|4||Returns Part 1||5:55|
|8||Returns Part 2 (fade)||4:10|
Post-punk/new wave hero Ann Margaret Hogan’s second album of solo piano and field recordings for Downwards is a box of subtle wonders, mastered by Veronica Vasicka and highly recommended if yr into Satie, Virginia Astley, Sarah Davachi.
A weight of history flows through Hogan’s keys with a stark intimacy, beautifully illuminated by naturally effortless, quietly grand songwriting. It’s a direct continuation of the landscaped themes and atavism of 2020’s ‘Honeysuckle Burials’ and the ‘Reversing Into Tomorrow’ collaboration with Karl O’Connor, vividly capturing the slow passage of time in a way that has quite literally compelled us to stop the relentless mind-grind for its 40 minute duration on more than one occasion.
After previous fixations on the iron age forts and burial mounds of the Clywdian Range in North Wales, Hogan transmutes the scenery of her more immediate locale, Oxton on The Wirral - from the cadence of its red sandstone landmark Thor’s Rock, to memories of its boating lake, for example - into a quiet yet ravishing suite inflected with traces of wildlife and industry recorded on long walks, all subsumed within a deep blue estuarial atmosphere silted by the strange reality of life in the current era, echoing the surreal, sunny period when the album was conceived.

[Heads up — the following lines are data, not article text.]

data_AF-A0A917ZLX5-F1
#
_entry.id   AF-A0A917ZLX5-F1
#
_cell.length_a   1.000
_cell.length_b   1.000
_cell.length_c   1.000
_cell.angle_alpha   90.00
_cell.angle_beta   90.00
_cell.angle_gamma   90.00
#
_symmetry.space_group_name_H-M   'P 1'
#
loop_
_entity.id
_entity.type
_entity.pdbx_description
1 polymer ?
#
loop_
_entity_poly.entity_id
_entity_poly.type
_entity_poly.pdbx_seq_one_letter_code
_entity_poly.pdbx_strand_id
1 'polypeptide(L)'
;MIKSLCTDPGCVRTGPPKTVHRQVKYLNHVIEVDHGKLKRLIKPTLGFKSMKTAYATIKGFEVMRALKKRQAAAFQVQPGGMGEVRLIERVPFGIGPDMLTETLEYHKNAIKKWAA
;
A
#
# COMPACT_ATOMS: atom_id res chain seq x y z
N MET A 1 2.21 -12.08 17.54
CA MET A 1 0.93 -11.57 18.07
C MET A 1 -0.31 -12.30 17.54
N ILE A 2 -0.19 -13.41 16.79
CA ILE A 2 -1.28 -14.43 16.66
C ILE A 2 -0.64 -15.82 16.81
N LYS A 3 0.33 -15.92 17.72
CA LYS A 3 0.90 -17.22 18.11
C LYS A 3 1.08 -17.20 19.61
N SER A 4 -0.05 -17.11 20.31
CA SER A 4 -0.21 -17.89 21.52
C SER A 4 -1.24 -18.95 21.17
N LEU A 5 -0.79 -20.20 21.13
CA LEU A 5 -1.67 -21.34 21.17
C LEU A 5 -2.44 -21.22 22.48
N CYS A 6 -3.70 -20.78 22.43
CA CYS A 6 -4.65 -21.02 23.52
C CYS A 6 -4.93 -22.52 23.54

A generation on from her pivotal work with spar Marc Almond and likes of Deux Filles and Nick Cave, and forty generations since The Wirral hosted, as she says “a Norse parliament at Thingwall”, Hogan weaves time and place into a reflective, funereal sort of parlour music, turning daily ambulations amid the gorse and under luminous skies into gorgeous, life affirming and intimate self expressions.
The eight pieces are mostly improvised and flow with a free, fleeting concision from the palpable warmth of ‘Forgotten Prelude’ and bluesy ache of ‘Fragile Elements’ to more funereal modes in ’Mesto’ and ‘Funeral Cargo’ suggestive of a Viking burial soundtrack. At its core, ‘Wolfswalzer’, a dedication to her one time collaborator and erstwhile Kraftwerk member Wolfgang Flür - is described by Hogan as “a simple waltz of coffee, food, friends and music”, and ‘Impromptu’ is the album’s slowest, soaked in the feeling of atmospheric immanence that defines the album’s timeless appeal. It’s an unspeakably moving album, words really do it no justice.